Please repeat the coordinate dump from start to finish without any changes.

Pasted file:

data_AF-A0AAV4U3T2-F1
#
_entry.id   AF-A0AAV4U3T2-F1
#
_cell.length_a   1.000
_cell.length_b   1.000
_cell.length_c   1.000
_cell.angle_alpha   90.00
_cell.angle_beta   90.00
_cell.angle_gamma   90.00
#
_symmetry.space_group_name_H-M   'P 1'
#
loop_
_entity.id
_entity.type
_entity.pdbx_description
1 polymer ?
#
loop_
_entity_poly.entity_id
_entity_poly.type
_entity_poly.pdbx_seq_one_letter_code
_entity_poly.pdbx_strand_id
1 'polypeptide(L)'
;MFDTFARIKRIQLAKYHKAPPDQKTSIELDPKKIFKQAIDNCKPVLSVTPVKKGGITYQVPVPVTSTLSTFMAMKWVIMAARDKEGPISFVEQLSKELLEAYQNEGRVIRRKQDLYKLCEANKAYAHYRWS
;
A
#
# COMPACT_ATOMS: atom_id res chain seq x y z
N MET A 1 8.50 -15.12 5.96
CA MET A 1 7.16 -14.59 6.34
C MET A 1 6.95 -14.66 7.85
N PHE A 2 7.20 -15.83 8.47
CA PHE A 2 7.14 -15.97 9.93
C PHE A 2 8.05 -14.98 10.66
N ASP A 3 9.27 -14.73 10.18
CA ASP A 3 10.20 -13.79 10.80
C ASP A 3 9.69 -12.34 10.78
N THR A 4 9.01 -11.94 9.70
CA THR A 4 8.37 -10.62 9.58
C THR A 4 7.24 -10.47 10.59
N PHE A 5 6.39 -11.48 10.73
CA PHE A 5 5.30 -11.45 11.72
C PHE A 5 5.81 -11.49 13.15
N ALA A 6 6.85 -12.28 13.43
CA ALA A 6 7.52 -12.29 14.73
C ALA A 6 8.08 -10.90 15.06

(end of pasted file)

data_AF-A0AAV4U3T2-F1
#
_entry.id   AF-A0AAV4U3T2-F1
#
_cell.length_a   1.000
_cell.length_b   1.000
_cell.length_c   1.000
_cell.angle_alpha   90.00
_cell.angle_beta   90.00
_cell.angle_gamma   90.00
#
_symmetry.space_group_name_H-M   'P 1'
#
loop_
_entity.id
_entity.type
_entity.pdbx_description
1 polymer ?
#
loop_
_entity_poly.entity_id
_entity_poly.type
_entity_poly.pdbx_seq_one_letter_code
_entity_poly.pdbx_strand_id
1 'polypeptide(L)'
;MFDTFARIKRIQLAKYHKAPPDQKTSIELDPKKIFKQAIDNCKPVLSVTPVKKGGITYQVPVPVTSTLSTFMAMKWVIMAARDKEGPISFVEQLSKELLEAYQNEGRVIRRKQDLYKLCEANKAYAHYRWS
;
A
#
# COMPACT_ATOMS: atom_id res chain seq x y z
N MET A 1 8.50 -15.12 5.96
CA MET A 1 7.16 -14.59 6.34
C MET A 1 6.95 -14.66 7.85
N PHE A 2 7.20 -15.83 8.47
CA PHE A 2 7.14 -15.97 9.93
C PHE A 2 8.05 -14.98 10.66
N ASP A 3 9.27 -14.73 10.18
CA ASP A 3 10.20 -13.79 10.80
C ASP A 3 9.69 -12.34 10.78
N THR A 4 9.01 -11.94 9.70
CA THR A 4 8.37 -10.62 9.58
C THR A 4 7.24 -10.47 10.59
N PHE A 5 6.39 -11.48 10.73
CA PHE A 5 5.30 -11.45 11.72
C PHE A 5 5.81 -11.49 13.15
N ALA A 6 6.85 -12.28 13.43
CA ALA A 6 7.52 -12.29 14.73
C ALA A 6 8.08 -10.90 15.06